The sudden advent of coronavirus has brought the global economic activity to a halt, increasing the fears of Great Recession. The rising rate of unemployment and shrinking world production has alarmed other nations of the pandemic’s horrors, as a March quarter results came out. The dreaded Covid-19, which has locked down economies, sealed borders, banned exports, disrupted supply chains, shut businesses, stifled travel and knocked down stock market, is believed to be only beginning the havoc, while the worst is yet to come. Market analyst predict grimmer results for the next few months.
In March alone, the United States reported an unprecedented count of over 10 million who filed in for unemployment benefits. The true figure is expected to be much higher as it doesn’t include self-employed and gig workers. Many businesses have closed down, owing to the lack of clarity on future policies and nature of recovery. UK reported nearly a million new unemployment benefit claims between March 16 and March 31. In France, about 20% of the corporate workforce is being sustained by a government-run partial unemployment scheme to control job losses. While in Spain, which was once an epicentre of the pandemic, nearly a million have lost jobs since it imposed a nationwide lockdown.
The highest unemployment rate has been recorded in Israel, where the rate has gone up from 4% (February) to 24.9 percent, after the government implement lockdown polices and promoted social distancing.
Due to increasing uncertainty in the economy, the economic forecasters are downgrading their predictions on frequent intervals, like Goldman Sachs which reduced its second quarter GDP forecast from –2% to –24% to –32%. Whereas Morgan Stanley’s expects that US gross domestic product in the second quarter will drop by 30.1%.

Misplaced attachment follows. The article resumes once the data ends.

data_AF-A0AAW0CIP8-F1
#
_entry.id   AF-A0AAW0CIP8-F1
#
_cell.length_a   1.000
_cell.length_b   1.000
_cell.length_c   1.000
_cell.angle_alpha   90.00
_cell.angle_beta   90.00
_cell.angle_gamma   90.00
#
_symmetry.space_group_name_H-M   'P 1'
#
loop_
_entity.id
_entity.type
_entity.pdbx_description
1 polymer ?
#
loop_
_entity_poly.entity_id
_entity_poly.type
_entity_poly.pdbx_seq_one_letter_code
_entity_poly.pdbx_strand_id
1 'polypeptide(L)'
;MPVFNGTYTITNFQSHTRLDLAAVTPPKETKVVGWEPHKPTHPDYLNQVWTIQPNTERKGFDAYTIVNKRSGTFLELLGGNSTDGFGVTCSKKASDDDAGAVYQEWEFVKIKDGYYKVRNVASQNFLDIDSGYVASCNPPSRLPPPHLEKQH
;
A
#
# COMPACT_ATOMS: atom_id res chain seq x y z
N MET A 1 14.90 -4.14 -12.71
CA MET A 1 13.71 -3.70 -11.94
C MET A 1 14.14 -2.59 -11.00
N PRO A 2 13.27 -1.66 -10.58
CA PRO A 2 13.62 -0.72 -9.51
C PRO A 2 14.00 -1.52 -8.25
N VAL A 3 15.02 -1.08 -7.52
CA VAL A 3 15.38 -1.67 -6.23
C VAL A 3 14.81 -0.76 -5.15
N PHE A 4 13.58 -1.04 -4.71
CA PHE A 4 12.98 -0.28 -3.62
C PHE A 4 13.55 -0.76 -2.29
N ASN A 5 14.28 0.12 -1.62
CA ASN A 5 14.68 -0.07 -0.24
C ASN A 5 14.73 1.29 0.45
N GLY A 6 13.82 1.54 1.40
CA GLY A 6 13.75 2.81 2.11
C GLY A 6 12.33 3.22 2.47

Bloomberg Economics predicted a global recession in the first half of 2020, mentioning that “for some important parts of the world the contraction has already begun.” It forecasted that the global economy would start spiralling downwards by 1.8% year-on-year in the first half of 2020. Kristalina Georgieva, managing director of the International Monetary Fund, says the world economy is already in a recession, with worse impact and losses as compared to 2009 downturn. The only silver lining to the dark clouds of recession looming over is the speed of the recovery. It is expected that global economy would recovery out of this Great Recession more swiftly than 2007-2009 crisis. On the positive side, central banks have already started taking precautionary steps including rate cuts and assets purchasing to ensure liquidity in the economy. Also, the housing sector, which triggered the last recession, is currently in a good shape. There is money flowing in the system, which makes speedy recovery a possibility. According to IMF, there is a good chance of global economy bouncing backing by next year.